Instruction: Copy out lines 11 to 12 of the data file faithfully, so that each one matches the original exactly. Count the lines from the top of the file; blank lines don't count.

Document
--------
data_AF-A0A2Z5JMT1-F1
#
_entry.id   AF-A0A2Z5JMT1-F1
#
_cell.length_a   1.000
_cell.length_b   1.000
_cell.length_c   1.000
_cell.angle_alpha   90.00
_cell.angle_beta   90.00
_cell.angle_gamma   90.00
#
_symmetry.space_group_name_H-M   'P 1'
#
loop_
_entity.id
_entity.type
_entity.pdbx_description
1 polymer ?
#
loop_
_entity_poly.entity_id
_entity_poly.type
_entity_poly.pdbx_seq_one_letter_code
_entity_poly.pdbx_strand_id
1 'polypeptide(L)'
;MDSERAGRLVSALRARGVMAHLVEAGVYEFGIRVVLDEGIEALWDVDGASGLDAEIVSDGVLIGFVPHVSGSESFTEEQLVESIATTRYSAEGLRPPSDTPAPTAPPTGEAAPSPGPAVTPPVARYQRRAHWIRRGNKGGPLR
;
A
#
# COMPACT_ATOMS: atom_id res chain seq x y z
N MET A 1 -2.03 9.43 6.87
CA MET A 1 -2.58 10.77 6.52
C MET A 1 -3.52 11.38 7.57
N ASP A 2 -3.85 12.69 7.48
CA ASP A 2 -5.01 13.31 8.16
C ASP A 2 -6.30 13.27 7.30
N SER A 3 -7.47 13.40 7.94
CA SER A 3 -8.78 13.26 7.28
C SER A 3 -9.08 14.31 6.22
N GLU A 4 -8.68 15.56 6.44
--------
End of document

#
_symmetry.space_group_name_H-M   'P 1'